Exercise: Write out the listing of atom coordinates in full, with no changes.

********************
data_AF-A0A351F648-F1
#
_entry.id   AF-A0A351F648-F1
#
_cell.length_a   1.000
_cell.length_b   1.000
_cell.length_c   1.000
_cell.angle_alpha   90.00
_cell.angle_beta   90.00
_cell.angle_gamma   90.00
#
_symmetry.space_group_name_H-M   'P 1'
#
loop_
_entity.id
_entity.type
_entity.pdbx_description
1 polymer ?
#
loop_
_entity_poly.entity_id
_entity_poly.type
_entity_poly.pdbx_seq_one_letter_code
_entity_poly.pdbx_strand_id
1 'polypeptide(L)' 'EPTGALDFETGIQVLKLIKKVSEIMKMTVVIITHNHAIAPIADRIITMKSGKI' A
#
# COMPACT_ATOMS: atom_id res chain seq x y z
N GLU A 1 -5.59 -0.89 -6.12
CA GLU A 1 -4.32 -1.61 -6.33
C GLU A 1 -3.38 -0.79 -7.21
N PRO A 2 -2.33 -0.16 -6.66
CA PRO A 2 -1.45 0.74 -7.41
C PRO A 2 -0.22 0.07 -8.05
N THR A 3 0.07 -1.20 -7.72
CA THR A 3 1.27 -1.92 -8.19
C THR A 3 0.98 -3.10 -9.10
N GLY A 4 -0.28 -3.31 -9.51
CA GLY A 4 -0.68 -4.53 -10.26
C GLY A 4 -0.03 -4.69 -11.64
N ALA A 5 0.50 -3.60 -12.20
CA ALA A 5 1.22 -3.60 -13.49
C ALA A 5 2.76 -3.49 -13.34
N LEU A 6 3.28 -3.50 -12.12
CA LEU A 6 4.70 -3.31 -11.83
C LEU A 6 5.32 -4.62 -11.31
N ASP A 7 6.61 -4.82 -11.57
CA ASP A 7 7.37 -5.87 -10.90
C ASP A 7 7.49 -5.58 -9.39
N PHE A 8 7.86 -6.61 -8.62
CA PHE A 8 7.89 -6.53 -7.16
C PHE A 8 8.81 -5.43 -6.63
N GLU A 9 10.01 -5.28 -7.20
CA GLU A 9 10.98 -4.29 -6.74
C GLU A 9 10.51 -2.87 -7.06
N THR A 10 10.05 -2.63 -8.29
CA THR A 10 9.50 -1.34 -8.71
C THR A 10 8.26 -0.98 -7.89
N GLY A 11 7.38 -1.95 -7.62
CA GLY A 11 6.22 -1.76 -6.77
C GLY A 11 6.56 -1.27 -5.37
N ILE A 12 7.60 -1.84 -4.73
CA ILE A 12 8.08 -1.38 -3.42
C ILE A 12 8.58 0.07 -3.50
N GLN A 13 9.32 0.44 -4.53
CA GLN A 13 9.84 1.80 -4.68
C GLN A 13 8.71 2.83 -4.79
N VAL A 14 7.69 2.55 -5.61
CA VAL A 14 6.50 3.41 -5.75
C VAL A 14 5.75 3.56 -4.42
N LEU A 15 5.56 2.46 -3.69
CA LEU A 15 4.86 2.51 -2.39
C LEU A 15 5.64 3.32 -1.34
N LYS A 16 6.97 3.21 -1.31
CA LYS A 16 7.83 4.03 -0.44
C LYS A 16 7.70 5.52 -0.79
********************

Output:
data_AF-A0A351F648-F1
#
_entry.id   AF-A0A351F648-F1
#
_cell.length_a   1.000
_cell.length_b   1.000
_cell.length_c   1.000
_cell.angle_alpha   90.00
_cell.angle_beta   90.00
_cell.angle_gamma   90.00
#
_symmetry.space_group_name_H-M   'P 1'
#
loop_
_entity.id
_entity.type
_entity.pdbx_description
1 polymer ?
#
loop_
_entity_poly.entity_id
_entity_poly.type
_entity_poly.pdbx_seq_one_letter_code
_entity_poly.pdbx_strand_id
1 'polypeptide(L)' 'EPTGALDFETGIQVLKLIKKVSEIMKMTVVIITHNHAIAPIADRIITMKSGKI' A
#
# COMPACT_ATOMS: atom_id res chain seq x y z
N GLU A 1 -5.59 -0.89 -6.12
CA GLU A 1 -4.32 -1.61 -6.33
C GLU A 1 -3.38 -0.79 -7.21
N PRO A 2 -2.33 -0.16 -6.66
CA PRO A 2 -1.45 0.74 -7.41
C PRO A 2 -0.22 0.07 -8.05
N THR A 3 0.07 -1.20 -7.72
CA THR A 3 1.27 -1.92 -8.19
C THR A 3 0.98 -3.10 -9.10
N GLY A 4 -0.28 -3.31 -9.51
CA GLY A 4 -0.68 -4.53 -10.26
C GLY A 4 -0.03 -4.69 -11.64
N ALA A 5 0.50 -3.60 -12.20
CA ALA A 5 1.22 -3.60 -13.49
C ALA A 5 2.76 -3.49 -13.34
N LEU A 6 3.28 -3.50 -12.12
CA LEU A 6 4.70 -3.31 -11.83
C LEU A 6 5.32 -4.62 -11.31
N ASP A 7 6.61 -4.82 -11.57
CA ASP A 7 7.37 -5.87 -10.90
C ASP A 7 7.49 -5.58 -9.39
N PHE A 8 7.86 -6.61 -8.62
CA PHE A 8 7.89 -6.53 -7.16
C PHE A 8 8.81 -5.43 -6.63
N GLU A 9 10.01 -5.28 -7.20
CA GLU A 9 10.98 -4.29 -6.74
C GLU A 9 10.51 -2.87 -7.06
N THR A 10 10.05 -2.63 -8.29
CA THR A 10 9.50 -1.34 -8.71
C THR A 10 8.26 -0.98 -7.89
N GLY A 11 7.38 -1.95 -7.62
CA GLY A 11 6.22 -1.76 -6.77
C GLY A 11 6.56 -1.27 -5.37
N ILE A 12 7.60 -1.84 -4.73
CA ILE A 12 8.08 -1.38 -3.42
C ILE A 12 8.58 0.07 -3.50
N GLN A 13 9.32 0.44 -4.53
CA GLN A 13 9.84 1.80 -4.68
C GLN A 13 8.71 2.83 -4.79
N VAL A 14 7.69 2.55 -5.61
CA VAL A 14 6.50 3.41 -5.75
C VAL A 14 5.75 3.56 -4.42
N LEU A 15 5.56 2.46 -3.69
CA LEU A 15 4.86 2.51 -2.39
C LEU A 15 5.64 3.32 -1.34
N LYS A 16 6.97 3.21 -1.31
CA LYS A 16 7.83 4.03 -0.44
C LYS A 16 7.70 5.52 -0.79